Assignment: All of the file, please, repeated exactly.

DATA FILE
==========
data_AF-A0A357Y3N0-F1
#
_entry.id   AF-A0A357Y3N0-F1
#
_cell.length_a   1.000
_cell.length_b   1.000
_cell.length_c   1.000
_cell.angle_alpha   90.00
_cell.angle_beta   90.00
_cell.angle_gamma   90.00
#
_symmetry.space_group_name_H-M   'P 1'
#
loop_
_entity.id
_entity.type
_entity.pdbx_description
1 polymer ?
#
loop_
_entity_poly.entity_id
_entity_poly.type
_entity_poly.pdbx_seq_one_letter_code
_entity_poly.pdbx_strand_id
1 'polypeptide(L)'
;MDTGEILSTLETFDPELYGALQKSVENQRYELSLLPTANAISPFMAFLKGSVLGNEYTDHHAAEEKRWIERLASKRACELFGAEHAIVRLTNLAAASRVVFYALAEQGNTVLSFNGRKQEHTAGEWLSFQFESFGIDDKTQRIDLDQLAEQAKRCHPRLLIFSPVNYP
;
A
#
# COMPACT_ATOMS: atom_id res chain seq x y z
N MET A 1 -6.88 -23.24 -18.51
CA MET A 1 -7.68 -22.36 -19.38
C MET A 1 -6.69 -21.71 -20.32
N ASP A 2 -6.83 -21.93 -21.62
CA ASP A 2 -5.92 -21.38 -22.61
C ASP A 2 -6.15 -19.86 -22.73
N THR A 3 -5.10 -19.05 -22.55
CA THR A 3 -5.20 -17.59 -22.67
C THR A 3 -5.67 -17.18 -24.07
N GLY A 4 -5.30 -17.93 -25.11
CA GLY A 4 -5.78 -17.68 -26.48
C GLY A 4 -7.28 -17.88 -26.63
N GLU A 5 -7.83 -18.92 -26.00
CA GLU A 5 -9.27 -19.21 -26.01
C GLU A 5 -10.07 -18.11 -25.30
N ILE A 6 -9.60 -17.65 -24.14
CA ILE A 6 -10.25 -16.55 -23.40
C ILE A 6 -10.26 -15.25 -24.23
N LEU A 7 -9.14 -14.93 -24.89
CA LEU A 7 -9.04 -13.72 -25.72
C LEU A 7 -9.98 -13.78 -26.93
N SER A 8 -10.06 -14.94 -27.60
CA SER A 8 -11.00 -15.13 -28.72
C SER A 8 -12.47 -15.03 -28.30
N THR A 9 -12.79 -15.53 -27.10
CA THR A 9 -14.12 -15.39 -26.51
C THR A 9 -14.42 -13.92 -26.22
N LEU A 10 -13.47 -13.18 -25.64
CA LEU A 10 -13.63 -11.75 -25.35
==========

data_AF-A0A357Y3N0-F1
#
_entry.id   AF-A0A357Y3N0-F1
#
_cell.length_a   1.000
_cell.length_b   1.000
_cell.length_c   1.000
_cell.angle_alpha   90.00
_cell.angle_beta   90.00
_cell.angle_gamma   90.00
#
_symmetry.space_group_name_H-M   'P 1'
#
loop_
_entity.id
_entity.type
_entity.pdbx_description
1 polymer ?
#
loop_
_entity_poly.entity_id
_entity_poly.type
_entity_poly.pdbx_seq_one_letter_code
_entity_poly.pdbx_strand_id
1 'polypeptide(L)'
;MDTGEILSTLETFDPELYGALQKSVENQRYELSLLPTANAISPFMAFLKGSVLGNEYTDHHAAEEKRWIERLASKRACELFGAEHAIVRLTNLAAASRVVFYALAEQGNTVLSFNGRKQEHTAGEWLSFQFESFGIDDKTQRIDLDQLAEQAKRCHPRLLIFSPVNYP
;
A
#
# COMPACT_ATOMS: atom_id res chain seq x y z
N MET A 1 -6.88 -23.24 -18.51
CA MET A 1 -7.68 -22.36 -19.38
C MET A 1 -6.69 -21.71 -20.32
N ASP A 2 -6.83 -21.93 -21.62
CA ASP A 2 -5.92 -21.38 -22.61
C ASP A 2 -6.15 -19.86 -22.73
N THR A 3 -5.10 -19.05 -22.55
CA THR A 3 -5.20 -17.59 -22.67
C THR A 3 -5.67 -17.18 -24.07
N GLY A 4 -5.30 -17.93 -25.11
CA GLY A 4 -5.78 -17.68 -26.48
C GLY A 4 -7.28 -17.88 -26.63
N GLU A 5 -7.83 -18.92 -26.00
CA GLU A 5 -9.27 -19.21 -26.01
C GLU A 5 -10.07 -18.11 -25.30
N ILE A 6 -9.60 -17.65 -24.14
CA ILE A 6 -10.25 -16.55 -23.40
C ILE A 6 -10.26 -15.25 -24.23
N LEU A 7 -9.14 -14.93 -24.89
CA LEU A 7 -9.04 -13.72 -25.72
C LEU A 7 -9.98 -13.78 -26.93
N SER A 8 -10.06 -14.94 -27.60
CA SER A 8 -11.00 -15.13 -28.72
C SER A 8 -12.47 -15.03 -28.30
N THR A 9 -12.79 -15.53 -27.10
CA THR A 9 -14.12 -15.39 -26.51
C THR A 9 -14.42 -13.92 -26.22
N LEU A 10 -13.47 -13.18 -25.64
CA LEU A 10 -13.63 -11.75 -25.35